OTXO Captures a Fear of Death in its Gunfights

OTXO is full of stressful top-down shootouts. That’s no surprise given the game’s clear inspiration from Hotline Miami. Expect to kick doors so hard you splatter the folks behind them. Blast your way through rooms filled with people who’ll kill you in moments. Cover the whole place in blood (which looks pretty sharp in this monochrome world). However, in this game, if you die, you go all the way back to the start. When your whole playthrough is on the line, it adds an element to terror to every gunfight.

You find yourself in front of a strange mansion when the game begins. You don’t know who you are, and you don’t even seem to have a face. It’s a great opening to the kind of game where you’d sneak around that mansion avoiding monstrous beings. Our protagonist isn’t like that, though. They’re more of the type to grab a gun and start unloading on the people they find as they search for their missing loved one. Whether its human, some weird spirit, or surreal presence, you’ll be blasting it.

Everything in OTXO is going to be shooting back at you, though. While it may have a horror slant, this is a bloody shooter through and through. Thankfully, enemies drop weapons with full magazines when they die. This encourages you to rush from person to person, endlessly swapping guns and killing the next batch of foes. It feels very slick in action, and it’s highly enjoyable to continually shift and adapt based on the weapon in your hand. Even so, you CAN keep a gun you like and pick up ammo for it if you want.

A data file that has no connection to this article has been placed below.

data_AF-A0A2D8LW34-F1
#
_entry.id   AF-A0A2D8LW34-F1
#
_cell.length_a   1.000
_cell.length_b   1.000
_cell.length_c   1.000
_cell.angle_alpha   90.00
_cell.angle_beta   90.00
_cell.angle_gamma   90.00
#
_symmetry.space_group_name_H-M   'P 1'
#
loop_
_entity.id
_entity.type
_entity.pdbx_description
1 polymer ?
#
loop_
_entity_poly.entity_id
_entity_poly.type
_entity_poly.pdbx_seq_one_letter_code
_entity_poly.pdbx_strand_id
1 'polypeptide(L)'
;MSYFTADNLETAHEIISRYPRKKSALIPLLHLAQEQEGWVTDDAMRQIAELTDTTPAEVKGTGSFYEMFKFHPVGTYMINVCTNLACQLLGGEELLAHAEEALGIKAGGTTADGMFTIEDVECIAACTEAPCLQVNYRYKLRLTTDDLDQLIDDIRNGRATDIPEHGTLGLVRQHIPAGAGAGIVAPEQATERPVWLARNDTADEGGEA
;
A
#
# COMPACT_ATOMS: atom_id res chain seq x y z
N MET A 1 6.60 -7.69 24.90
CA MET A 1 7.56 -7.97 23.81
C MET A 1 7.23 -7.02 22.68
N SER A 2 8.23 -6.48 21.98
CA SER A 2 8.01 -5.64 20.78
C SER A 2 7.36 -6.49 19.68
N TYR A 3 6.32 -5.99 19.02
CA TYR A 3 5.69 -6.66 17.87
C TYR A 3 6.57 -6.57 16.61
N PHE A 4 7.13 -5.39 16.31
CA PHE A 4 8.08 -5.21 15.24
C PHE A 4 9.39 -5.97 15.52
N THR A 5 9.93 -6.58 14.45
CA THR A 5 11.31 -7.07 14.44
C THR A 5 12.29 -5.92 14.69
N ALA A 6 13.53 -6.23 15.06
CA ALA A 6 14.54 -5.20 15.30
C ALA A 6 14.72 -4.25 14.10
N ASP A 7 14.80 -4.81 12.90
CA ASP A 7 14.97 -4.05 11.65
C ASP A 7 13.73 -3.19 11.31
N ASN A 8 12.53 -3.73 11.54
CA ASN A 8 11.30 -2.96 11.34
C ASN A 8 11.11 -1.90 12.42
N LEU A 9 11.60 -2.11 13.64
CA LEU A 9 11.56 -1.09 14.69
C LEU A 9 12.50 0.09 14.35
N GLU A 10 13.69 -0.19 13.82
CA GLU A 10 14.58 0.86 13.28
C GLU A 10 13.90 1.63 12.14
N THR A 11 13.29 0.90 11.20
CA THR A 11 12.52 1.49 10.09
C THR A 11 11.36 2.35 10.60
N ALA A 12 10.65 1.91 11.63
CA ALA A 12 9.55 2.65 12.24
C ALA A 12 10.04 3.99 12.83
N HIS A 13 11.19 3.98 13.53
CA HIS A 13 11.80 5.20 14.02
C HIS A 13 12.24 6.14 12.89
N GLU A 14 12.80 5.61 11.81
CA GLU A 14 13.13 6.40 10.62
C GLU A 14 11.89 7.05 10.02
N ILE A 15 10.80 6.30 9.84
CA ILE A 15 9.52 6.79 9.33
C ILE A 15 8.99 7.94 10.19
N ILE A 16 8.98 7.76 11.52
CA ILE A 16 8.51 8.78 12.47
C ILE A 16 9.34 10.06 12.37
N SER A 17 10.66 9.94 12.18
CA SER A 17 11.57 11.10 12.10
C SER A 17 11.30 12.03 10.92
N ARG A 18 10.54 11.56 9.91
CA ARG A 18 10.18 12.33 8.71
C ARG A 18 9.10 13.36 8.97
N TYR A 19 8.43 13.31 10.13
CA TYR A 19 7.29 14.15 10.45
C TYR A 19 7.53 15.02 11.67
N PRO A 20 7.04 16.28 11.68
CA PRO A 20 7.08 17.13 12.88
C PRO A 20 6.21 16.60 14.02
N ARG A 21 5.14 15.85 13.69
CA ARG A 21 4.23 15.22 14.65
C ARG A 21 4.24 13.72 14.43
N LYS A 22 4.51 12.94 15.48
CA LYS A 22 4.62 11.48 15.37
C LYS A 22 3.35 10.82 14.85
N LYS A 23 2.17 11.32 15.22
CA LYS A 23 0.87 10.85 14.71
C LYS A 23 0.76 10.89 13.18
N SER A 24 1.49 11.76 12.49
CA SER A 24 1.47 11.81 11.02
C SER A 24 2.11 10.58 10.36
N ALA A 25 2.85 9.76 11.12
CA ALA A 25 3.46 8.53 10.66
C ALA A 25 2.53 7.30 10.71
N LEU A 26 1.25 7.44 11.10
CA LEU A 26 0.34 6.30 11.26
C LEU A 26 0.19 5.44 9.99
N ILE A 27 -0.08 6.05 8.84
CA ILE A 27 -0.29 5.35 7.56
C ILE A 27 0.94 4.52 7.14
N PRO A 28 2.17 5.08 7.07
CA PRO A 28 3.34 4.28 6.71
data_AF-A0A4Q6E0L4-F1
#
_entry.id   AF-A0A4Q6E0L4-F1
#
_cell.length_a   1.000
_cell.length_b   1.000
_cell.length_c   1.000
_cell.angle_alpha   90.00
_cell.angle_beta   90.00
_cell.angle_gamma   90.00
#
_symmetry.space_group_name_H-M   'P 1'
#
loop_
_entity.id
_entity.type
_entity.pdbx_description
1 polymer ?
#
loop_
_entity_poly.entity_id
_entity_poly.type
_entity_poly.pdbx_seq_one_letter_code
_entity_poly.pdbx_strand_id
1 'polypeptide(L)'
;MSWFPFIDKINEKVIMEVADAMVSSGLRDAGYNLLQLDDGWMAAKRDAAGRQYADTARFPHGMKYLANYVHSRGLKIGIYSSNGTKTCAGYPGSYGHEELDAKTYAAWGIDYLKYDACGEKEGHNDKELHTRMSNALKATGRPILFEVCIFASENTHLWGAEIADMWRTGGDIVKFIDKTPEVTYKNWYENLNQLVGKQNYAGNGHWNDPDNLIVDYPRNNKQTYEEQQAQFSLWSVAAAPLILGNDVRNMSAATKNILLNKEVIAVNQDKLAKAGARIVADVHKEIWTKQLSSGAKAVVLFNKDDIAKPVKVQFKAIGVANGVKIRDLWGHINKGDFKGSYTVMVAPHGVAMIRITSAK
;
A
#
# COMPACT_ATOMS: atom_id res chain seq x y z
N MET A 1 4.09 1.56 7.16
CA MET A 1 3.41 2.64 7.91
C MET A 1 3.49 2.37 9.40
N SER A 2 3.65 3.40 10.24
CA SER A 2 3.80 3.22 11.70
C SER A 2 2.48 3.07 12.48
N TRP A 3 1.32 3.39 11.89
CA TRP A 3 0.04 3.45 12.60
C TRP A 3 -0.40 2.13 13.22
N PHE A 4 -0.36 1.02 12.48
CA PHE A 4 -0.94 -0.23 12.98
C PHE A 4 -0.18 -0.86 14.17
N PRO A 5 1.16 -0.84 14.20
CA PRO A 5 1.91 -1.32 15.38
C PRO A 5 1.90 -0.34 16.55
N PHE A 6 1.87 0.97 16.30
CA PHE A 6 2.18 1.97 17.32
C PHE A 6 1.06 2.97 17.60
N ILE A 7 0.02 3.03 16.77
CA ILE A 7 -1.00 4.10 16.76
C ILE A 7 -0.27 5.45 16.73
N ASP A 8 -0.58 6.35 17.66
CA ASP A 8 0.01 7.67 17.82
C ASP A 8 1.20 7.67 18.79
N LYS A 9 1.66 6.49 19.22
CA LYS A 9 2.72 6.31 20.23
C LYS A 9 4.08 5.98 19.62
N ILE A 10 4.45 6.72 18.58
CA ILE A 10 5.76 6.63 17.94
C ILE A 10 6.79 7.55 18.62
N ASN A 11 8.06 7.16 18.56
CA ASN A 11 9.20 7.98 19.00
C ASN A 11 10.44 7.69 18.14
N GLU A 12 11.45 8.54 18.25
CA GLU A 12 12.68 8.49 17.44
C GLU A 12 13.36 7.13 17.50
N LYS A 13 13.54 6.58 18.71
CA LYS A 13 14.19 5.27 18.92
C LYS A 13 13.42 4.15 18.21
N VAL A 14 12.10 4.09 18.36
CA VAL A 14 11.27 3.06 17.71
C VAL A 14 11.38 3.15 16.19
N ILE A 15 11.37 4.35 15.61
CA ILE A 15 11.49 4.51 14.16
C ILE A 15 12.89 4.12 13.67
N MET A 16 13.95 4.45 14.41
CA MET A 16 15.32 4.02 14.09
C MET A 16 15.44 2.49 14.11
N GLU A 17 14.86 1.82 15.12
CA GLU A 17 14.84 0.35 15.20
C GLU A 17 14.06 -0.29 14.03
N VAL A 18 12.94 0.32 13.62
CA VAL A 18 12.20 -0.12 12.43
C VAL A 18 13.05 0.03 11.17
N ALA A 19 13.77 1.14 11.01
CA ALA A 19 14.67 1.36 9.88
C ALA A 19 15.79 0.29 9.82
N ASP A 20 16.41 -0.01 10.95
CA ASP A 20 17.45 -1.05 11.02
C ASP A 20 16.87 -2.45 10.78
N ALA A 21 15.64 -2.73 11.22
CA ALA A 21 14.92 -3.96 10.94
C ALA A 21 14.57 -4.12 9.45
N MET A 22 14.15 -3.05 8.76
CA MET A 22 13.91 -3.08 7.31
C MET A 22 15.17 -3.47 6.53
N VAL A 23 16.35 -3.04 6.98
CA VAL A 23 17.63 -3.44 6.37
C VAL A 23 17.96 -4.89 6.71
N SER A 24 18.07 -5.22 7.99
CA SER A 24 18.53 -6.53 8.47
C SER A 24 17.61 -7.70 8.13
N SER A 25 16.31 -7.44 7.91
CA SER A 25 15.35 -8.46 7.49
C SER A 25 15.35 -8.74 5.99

Now, with that many bullets flying through the air, you’re going to get shot at some point. Thankfully, this game does let you take a few hits before you drop dead. That’s vitally important as, like I said, once you die in this game, you head back to the start. It’s a roguelike take on the game that inspired it, so when you get yourself killed, you’ll be back at the front door of the mansion, empty-handed. You don’t build up currencies or unlock things with each playthrough, either. You always enter the mansion unarmed and at the same strength level.

That’s not to say that you don’t have any goodies to get in OTXO. As you kill foes, they drop coins you can snag. If you can keep up a kill combo, you’ll gain a multiplier that increases the number of coins you pick up. These can be spent on drinks at a bar. These drinks give you special powers that can heal you through touching blood, give you more ammo, and other handy abilities. These only last for your current run, though. You can spend extra coins on making it possible for special new drinks to appear on future runs, but that’s it. So, expect a high challenge each time.

This game does give you one more useful tool: Focus. Focus allows you to slow time for a brief period, giving you more wiggle room to sneak through groups of enemies or dodge bullets. You can activate this at the press of a button. This drains a Focus meter, though, which will recharge with time. That said, it can take a little bit before the charge fills up completely. This either pushes you to be more cautious or to take added risks in combat to keep your combo going so you can get more coins to buy better buffs. It’s up to you to decide how much risk you want to take.